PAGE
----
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Changing consumer habits bring opportunities for premium products

Opportunities lie ahead for British farmers, but the industry must keep abreast of changing consumer trends to take advantage of growing markets.


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Consumers are turning into 'foodies' and demanding more from the food they eat
Consumers are turning into 'foodies' and demanding more from the food they eat

 

David Hughes, professor of food marketing at Imperial College, London, said with more consumers turning into ‘foodies’, they demanded food higher in welfare, nutrition and products which were not harmful to the environment.

 

“Consumer trend tides are moving in our direction,” Prof Hughes told the NFU Conference, adding it was vital farmers ‘told the story’ behind their produce and gave consumers a reason to pay a premium for it.

 

“How do we want our meat? With adjectives. For example ‘Welsh Black’, ‘free-from’, ‘free-range’, ‘grass-fed’.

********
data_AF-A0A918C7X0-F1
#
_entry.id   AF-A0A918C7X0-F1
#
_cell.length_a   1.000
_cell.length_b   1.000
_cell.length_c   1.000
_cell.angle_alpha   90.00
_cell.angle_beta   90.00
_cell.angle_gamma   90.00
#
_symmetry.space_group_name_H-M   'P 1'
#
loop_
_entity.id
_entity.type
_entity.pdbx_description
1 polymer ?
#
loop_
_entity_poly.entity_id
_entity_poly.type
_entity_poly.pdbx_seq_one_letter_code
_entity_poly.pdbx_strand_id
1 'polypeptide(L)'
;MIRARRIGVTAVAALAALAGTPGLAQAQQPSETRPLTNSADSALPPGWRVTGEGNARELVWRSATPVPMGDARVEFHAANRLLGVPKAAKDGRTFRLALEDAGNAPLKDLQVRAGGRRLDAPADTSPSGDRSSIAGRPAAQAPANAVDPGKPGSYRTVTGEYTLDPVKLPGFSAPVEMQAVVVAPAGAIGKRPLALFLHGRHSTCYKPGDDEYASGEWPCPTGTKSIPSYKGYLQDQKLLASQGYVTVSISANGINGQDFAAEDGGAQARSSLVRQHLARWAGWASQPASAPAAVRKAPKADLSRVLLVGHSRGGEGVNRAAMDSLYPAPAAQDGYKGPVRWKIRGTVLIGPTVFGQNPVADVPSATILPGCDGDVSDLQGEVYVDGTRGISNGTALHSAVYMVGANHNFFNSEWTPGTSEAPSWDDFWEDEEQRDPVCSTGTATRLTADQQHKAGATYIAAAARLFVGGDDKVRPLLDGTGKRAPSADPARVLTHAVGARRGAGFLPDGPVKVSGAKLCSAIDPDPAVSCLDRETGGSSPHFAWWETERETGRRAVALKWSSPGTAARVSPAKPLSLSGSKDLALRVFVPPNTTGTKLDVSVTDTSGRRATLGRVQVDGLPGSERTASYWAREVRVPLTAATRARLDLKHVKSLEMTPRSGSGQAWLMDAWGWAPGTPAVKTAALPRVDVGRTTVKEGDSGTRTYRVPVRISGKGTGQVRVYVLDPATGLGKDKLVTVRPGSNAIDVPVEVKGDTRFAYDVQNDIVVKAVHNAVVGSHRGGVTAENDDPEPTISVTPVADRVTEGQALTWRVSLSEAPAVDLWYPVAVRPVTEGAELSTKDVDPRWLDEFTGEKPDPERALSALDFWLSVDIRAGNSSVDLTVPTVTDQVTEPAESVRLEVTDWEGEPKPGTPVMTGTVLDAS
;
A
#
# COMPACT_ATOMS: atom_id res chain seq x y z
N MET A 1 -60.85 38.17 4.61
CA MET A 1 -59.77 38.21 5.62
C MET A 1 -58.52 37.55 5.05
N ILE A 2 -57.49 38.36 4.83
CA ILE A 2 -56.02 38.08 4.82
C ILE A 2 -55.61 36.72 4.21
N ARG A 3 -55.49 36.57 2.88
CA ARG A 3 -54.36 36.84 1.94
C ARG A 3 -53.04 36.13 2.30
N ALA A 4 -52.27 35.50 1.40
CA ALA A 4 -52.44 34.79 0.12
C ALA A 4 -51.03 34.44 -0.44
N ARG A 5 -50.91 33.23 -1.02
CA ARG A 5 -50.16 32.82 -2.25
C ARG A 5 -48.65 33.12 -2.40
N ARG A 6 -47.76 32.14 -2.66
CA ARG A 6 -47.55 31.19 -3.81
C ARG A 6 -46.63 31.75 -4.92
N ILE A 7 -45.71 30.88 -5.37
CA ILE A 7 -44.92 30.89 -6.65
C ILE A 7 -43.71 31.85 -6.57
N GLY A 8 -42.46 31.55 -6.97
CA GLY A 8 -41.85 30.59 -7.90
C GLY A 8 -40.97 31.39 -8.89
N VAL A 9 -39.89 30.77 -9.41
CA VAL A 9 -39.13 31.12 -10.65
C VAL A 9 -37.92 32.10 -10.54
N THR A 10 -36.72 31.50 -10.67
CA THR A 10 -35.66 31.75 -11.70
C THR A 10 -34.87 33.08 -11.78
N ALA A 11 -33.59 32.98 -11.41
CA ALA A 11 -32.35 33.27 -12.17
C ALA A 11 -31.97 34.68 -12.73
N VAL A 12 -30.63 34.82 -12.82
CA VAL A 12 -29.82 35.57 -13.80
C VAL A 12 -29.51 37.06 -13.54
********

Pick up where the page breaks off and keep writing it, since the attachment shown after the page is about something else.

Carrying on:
“There is a genuine interest in who produces it.”

 

Prof Hughes said it was a trend which had been replicated all over the world, for example in Thailand, where consumers demanded higher welfare, ‘happy pork’.

 

He said reducing meat consumption was a growing trend, but while people were eating less, they were looking for higher quality meat ‘which they will pay more for’.

 

“There is premium meat on the market now, such as dry aged beef, which would not have been seen in the supermarket a few years ago,” said Prof Hughes, who was speaking at the conference’s session on the UK market.

 

Damian Storie, head of fresh meat development at wholesale distributor Bidvest Foodservice UK, agreed changing consumer habits meant the onus was on the supply chain to produce food with traceability, animal welfare, safety, trust and consistency at its core.

 

Mr Storie said the company would launch its new Farmstead Foods brand, based around these six attributes, this week.

 

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